Sure to be a vehicle for discussion amongst educators, parents, and students for years to come.
American Promise is a terrific film about racial imbalance and family dynamics, whose immense 13-year production process (from 1999 to 2012) was lengthy by design; filmmakers Joe Brewster and Michele Stephenson began documenting their son, Idris, and his best friend, Seun, from kindergarten through high school graduation. The two African-American boys are enrolled at a prestigious, predominantly white Manhattan prep school called Dalton, where–on top of the typical crushing stresses of school–they’re met with challenges the privileged white kids aren’t burdened with. Watching Idris and Seun grow up, their paths diverging over the years, is at once heart-rending, provocative, rousing, and confounding. It’s clear from even the film’s earliest footage that the boys are nice kids and brilliant young minds, so what’s impeding them from thriving at Dalton like they should?
It’s a question Stephenson and Brewster poke and prod relentlessly throughout the film. Idris, who’s extraordinarily perceptive and self-aware and works his ass off in school (his parents pile on the pressure, so he doesn’t really have a choice), somehow sits at the middle-to-bottom of the class in terms of performance. Shy, coyly clever Seun is struggling as well, and they’re both placed in a tutoring program that school administrators insist to their parents is quite normal. To the parents’ surprise, Idris and Seun are the only students in the entire school participating in the “normal” tutoring program. There’s something fishy going on here. It’s like there’s an invisible wall barring the boys from success that none of the school administrators want to acknowledge.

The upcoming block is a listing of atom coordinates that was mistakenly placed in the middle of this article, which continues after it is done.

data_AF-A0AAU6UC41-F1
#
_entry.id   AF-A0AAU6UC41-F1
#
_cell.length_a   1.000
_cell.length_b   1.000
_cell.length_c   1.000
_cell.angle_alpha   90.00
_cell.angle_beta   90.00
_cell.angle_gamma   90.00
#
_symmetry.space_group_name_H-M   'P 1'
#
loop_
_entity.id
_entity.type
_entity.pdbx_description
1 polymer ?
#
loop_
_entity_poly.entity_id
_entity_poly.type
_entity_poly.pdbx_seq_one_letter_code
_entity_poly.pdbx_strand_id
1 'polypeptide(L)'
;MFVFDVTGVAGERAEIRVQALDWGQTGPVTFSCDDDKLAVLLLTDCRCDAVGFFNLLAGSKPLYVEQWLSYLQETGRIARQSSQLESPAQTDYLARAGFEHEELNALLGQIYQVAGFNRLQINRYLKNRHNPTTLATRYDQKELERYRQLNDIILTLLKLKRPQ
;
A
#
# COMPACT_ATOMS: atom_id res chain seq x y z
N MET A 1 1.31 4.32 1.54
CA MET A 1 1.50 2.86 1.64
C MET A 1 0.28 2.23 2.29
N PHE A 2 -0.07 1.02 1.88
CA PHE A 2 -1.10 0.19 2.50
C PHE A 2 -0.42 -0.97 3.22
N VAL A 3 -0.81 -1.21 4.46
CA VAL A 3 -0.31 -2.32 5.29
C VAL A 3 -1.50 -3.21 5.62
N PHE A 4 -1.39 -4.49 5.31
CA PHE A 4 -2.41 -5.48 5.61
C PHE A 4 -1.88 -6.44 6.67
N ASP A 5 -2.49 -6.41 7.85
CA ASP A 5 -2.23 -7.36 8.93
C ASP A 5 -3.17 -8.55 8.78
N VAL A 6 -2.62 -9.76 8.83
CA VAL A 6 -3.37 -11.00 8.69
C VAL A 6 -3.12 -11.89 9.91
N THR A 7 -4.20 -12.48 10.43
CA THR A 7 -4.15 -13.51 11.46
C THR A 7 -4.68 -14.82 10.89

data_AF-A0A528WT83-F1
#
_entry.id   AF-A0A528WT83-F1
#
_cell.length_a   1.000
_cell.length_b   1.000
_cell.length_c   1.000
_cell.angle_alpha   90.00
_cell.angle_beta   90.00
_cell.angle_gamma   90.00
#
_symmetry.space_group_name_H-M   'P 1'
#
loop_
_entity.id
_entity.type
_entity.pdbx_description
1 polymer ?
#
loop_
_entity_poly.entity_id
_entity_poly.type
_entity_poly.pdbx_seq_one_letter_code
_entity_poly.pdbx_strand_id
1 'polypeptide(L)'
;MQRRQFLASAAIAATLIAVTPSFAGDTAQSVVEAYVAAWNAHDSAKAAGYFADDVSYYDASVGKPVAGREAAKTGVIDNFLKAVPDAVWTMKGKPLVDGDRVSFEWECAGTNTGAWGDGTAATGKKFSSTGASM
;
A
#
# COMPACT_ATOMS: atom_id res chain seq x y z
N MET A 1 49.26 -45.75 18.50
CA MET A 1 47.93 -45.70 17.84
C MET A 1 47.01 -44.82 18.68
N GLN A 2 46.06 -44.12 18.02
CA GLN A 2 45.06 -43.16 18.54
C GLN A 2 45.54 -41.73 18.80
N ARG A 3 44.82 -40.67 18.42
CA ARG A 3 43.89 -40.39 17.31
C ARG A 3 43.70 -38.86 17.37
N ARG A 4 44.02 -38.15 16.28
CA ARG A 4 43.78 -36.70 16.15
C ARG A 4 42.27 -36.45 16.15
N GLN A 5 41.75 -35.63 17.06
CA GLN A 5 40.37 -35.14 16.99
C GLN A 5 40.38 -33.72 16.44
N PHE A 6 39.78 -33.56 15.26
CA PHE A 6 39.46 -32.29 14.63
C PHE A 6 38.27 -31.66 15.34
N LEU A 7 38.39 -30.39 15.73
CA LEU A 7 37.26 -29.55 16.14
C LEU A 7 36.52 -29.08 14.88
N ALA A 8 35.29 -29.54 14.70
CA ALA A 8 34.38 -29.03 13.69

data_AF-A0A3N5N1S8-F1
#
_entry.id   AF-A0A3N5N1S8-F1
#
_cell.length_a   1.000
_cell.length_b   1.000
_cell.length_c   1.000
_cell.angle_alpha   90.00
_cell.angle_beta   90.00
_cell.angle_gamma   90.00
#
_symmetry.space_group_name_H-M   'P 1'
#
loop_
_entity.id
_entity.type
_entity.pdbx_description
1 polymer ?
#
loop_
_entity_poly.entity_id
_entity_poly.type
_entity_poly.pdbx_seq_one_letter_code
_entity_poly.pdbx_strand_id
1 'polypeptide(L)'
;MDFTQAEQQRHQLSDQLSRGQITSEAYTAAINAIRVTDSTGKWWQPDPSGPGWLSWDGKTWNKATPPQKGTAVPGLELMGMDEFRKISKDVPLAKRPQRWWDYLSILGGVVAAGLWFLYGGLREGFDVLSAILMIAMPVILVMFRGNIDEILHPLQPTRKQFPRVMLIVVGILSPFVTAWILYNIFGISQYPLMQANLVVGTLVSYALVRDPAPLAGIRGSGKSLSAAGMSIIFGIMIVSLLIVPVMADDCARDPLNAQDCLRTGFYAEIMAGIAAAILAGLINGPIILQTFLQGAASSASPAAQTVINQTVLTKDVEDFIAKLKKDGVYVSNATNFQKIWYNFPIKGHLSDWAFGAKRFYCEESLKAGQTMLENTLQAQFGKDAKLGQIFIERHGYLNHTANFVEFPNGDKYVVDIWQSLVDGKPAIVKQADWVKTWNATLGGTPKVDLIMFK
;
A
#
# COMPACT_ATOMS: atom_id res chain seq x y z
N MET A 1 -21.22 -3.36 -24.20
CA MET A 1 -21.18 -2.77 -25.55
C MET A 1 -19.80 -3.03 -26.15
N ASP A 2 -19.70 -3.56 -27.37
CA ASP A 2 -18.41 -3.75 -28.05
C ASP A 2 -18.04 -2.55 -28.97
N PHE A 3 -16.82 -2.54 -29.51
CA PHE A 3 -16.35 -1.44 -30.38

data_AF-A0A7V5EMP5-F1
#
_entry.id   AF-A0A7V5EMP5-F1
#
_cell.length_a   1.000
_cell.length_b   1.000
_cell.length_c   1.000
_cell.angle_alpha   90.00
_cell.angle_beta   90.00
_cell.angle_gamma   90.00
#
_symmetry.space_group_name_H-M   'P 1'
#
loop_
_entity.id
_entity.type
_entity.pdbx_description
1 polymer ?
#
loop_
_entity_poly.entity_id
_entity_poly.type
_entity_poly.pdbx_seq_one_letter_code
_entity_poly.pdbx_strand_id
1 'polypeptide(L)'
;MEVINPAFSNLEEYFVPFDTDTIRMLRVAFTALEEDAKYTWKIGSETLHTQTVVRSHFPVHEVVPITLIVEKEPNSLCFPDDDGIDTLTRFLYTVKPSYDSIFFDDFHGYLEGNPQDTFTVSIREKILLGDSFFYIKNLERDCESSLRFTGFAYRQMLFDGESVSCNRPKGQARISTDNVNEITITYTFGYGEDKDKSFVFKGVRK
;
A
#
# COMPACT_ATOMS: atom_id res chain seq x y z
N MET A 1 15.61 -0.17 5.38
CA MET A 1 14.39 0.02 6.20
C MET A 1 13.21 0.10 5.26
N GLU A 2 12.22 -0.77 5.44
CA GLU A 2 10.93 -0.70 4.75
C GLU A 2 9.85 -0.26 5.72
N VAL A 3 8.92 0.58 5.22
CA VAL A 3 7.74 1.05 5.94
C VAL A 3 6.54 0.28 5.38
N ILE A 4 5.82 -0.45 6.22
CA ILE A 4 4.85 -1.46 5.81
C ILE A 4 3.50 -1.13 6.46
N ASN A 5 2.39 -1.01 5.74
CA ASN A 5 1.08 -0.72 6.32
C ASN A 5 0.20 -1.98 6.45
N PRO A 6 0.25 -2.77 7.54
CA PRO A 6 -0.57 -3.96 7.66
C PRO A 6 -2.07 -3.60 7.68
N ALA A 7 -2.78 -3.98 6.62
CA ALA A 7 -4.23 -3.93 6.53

Idris gets made fun of for “talking white”, and even goes as far as to switch to a hip-hop vocabulary when he plays basketball with black kids from the projects. Seun’s mother shares a troubling anecdote, recalling her son brushing his gums until they bled in an attempt to make them pinker, like the white kids’. This is the kind of pressure black youths are under, and the ludicrousness of it isn’t lost on Stephenson and Brewster, who employ affecting moments like these to get their point across.
In an unforgettable scene, Idris asks his parents, rather pragmatically, if his life would be easier if he was white. It’s clear the question is rhetorical (he’s too smart for it not to be.) The three of them sit in silence, and you can hear the true answer ringing in the air, clear as crystal: “Yes.” Idris and Seun were accepted into Dalton as a part of a sort of diversity initiative for the school, a half-hearted attempt to assemble a student body that reflects the cultural diversity of the city. When Seun gets booted from Dalton due to academic underperformance and transferred to the Benjamin Banneker Academy, a predominantly black school, where he finds it much easier to fit in. One of the teachers at Banneker posits that diversity may in fact hinder education, in a way. It’s a fascinating idea, and one that’s supported by the school’s high success rate.
The boldness and scope of Americn Promise exceeds that of Hoop Dreams, it’s filmic cousin, but it shares that film’s poignant intimacy. There aren’t any interviews analysts or experts, picking apart Idris and Seun’s mental make-ups; all we see are raw, real moments with the boys and their families, shot and edited in a vérité style. The Brewsters’ message about the “black male achievement gap” resonates powerfully due to their slice-of-life approach. They aren’t afraid to show themselves in unflattering situations (Brewster is shown being particularly cruel to Idris in several scenes), as long as it serves the primary directive of the film.
American Promise is sure to be a vehicle for discussion amongst educators, parents, and students for years to come. Stephenson and Brewster’s sprawling filmic experiment is an achievement of both cinema and activism, and future studies of Seun and Idris’ complicated uphill battles will hopefully lead to societal and educational progress for young black males.